Bessie Cordelia Ainbinder (Whiteman)
|Birthplace:||Piedmont, WV, USA|
|Death:||Died in Wantagh, New York, United States|
|Cause of death:||heart attack|
|Place of Burial:||Farmingdale, NY, USA|
|Managed by:||Private User|
About Bessie Cordelia Ainbinder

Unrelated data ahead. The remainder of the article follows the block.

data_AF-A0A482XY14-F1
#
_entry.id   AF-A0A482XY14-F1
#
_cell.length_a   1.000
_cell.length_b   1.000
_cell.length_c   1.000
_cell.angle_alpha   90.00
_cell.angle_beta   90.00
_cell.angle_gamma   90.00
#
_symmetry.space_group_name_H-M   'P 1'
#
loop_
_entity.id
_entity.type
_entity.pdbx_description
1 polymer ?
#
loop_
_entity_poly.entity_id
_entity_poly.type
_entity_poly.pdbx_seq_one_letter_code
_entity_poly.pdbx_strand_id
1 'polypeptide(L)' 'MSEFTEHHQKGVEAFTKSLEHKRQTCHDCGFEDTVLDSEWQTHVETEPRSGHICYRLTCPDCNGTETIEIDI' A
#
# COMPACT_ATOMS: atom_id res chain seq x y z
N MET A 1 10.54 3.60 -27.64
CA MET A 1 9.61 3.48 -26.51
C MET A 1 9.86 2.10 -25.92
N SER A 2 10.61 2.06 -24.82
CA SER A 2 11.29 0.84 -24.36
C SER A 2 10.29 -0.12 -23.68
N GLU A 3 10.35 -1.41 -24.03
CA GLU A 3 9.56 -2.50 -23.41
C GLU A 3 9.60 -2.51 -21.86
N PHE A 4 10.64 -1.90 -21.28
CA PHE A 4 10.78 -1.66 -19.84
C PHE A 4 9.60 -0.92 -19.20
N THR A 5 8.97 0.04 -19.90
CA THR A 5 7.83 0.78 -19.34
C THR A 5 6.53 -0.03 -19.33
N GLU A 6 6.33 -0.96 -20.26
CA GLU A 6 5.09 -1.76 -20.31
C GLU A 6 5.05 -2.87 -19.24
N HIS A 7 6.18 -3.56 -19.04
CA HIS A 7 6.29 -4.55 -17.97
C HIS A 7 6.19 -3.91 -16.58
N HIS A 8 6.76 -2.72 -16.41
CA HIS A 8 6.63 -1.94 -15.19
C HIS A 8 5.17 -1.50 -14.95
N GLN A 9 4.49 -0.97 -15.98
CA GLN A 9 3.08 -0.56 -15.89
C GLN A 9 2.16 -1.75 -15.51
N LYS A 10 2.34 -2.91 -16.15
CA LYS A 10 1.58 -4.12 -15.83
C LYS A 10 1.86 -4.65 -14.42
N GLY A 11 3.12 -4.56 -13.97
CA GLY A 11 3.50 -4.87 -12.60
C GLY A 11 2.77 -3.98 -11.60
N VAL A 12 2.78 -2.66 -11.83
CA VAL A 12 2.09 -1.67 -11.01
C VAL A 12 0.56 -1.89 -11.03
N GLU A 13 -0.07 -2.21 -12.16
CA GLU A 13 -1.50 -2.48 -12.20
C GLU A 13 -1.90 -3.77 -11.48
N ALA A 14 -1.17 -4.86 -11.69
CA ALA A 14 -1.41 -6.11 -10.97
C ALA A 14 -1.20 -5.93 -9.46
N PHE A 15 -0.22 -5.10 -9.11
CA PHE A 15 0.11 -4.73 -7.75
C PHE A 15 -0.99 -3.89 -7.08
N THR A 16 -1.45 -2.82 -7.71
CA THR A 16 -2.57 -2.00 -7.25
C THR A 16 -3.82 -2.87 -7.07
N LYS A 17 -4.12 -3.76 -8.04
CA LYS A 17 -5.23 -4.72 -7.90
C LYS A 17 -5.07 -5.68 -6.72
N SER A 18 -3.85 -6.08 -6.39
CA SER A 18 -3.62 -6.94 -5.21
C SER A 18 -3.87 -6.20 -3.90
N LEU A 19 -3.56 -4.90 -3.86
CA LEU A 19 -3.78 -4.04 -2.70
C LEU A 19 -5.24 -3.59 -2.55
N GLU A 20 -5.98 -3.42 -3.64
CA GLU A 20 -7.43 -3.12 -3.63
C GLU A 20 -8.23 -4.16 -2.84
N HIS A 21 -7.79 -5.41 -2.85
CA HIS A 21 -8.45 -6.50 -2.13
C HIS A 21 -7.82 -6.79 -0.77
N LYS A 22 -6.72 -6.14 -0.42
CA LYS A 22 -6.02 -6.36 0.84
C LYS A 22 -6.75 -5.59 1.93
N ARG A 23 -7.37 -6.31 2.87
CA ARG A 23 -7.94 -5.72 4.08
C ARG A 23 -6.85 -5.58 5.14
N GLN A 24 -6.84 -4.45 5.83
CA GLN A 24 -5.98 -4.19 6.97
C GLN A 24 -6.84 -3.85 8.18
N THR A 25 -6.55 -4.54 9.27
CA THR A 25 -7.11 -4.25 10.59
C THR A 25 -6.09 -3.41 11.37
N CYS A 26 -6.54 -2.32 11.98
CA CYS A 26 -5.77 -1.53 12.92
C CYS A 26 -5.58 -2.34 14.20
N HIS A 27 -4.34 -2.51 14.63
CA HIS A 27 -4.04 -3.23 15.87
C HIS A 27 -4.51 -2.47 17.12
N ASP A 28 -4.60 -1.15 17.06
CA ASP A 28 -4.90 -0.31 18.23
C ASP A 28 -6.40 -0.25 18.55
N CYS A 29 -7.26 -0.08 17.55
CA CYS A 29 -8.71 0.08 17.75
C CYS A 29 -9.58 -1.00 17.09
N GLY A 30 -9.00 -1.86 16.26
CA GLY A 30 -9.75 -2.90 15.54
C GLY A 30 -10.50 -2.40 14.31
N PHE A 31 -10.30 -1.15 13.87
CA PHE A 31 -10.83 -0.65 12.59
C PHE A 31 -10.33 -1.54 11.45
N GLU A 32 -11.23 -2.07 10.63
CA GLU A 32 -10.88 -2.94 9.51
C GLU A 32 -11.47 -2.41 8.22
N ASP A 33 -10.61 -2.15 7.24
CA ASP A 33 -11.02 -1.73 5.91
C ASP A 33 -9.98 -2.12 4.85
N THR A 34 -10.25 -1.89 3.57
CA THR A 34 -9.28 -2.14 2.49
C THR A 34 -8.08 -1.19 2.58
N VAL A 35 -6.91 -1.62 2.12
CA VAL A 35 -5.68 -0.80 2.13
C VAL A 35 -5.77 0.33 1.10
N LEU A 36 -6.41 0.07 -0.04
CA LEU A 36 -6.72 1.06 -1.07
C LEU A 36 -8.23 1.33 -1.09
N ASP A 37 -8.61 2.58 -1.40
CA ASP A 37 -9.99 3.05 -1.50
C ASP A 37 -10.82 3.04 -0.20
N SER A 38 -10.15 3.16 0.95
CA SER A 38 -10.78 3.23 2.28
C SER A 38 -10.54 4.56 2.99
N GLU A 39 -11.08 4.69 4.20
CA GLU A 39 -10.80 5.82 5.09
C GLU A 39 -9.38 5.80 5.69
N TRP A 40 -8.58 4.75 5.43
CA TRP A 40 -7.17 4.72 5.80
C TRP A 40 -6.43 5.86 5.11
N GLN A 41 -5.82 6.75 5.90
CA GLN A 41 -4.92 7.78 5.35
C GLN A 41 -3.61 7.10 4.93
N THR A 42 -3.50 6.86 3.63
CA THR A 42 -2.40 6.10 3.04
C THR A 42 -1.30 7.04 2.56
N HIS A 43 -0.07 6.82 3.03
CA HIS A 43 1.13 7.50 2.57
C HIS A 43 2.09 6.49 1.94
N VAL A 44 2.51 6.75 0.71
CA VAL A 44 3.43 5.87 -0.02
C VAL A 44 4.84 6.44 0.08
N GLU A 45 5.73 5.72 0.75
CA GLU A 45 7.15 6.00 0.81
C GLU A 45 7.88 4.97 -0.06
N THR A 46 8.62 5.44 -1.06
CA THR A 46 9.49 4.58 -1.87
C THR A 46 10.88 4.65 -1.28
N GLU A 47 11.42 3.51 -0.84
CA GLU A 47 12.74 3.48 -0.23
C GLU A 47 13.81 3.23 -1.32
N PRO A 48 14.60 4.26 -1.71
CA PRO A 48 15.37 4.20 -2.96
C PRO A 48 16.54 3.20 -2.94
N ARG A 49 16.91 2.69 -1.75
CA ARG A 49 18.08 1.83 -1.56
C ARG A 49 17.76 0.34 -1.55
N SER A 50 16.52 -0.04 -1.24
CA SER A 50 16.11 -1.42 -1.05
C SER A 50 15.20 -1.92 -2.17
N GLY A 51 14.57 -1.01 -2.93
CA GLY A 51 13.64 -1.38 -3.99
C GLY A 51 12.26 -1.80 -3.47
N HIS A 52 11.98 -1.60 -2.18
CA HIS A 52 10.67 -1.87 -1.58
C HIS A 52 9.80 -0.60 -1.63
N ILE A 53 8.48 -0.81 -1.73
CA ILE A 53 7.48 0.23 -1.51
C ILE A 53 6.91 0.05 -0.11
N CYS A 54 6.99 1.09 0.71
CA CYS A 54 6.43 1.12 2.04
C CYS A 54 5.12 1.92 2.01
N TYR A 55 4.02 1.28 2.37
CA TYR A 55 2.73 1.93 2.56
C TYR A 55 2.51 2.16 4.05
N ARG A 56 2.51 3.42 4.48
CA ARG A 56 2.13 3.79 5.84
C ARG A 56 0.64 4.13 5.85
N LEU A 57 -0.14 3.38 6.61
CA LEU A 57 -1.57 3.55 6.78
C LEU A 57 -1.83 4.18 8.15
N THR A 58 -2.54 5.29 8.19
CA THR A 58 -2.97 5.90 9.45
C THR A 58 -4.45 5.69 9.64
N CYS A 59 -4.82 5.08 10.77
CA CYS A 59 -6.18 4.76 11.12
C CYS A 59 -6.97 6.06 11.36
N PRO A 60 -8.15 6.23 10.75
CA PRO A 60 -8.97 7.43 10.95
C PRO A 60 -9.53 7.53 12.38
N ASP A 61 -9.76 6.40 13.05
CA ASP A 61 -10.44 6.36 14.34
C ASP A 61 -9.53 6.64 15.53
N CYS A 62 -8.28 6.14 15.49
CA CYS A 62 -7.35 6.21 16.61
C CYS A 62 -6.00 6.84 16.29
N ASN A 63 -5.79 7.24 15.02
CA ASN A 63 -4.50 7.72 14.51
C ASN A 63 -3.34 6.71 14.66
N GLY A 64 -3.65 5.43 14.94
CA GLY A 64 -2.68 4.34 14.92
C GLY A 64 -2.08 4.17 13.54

How did Bessie meet Albert Ainbinder from New York? Here is that story as told to me by my grandmother around 1965 or 1966 (when I was a teenager): My grandmother said that she lived across the street from a boarding house with her father and two brothers, Harry and Clarence. Her older sister, Lillian, had already gotten married and moved out. She said that her mother "disappeared" when she was very young - maybe around 5 yrs old, and she didn't remember her mother. My grandfather was from Brooklyn, NY, one of the few kids in his family born in the United States - the others had immigrated from Russia in 1891 to escape the Czar's pogroms against Jews. My grandfather said he was about 17 years old; my grandmother was about 16 yrs old. He had a horse and cart and would travel down from New York to Maryland and West Virginia buying and selling things. He stayed at the boarding house across the street and they met each other. It seems that they were mutually attracted. They talked with each other. He asked her to go out to the movies with him - she said this was the day of silent movies and a live piano player. They were sitting in the movie theatre together. She told me that somehow her father found out that she had gone to the movies with my grandfather. She said that he (her father, Isaac) was drinking and came into the theatre, drunk, and shouted at the top of his lungs: "Bessie Cordelia Whiteman, are you in here with some damn Yankee?" He pulled her out of the movie house and home, forbidding her to have anything to do with the "damn Yankee." Well, my grandmother said, we then ran away together and got married. She said they went over the border into Maryland where they were allowed to marry at their young age with no permission. This was September 22, 1917. My grandparents then went up to Brooklyn and my grandfather introduced his new wife to his family -- his parents did not speak English, (and chances are that my grandmother had never heard of Jews before). Samuel and Eve Ainbinder were Orthodox Jews and kept a kosher house. My grandmother learned all about this and she said that she got along very well with her new in-laws. She said that they welcomed her and loved her. She and Albert were married for over 50 years. So, that, according to my grandmother, is how she met my grandfather!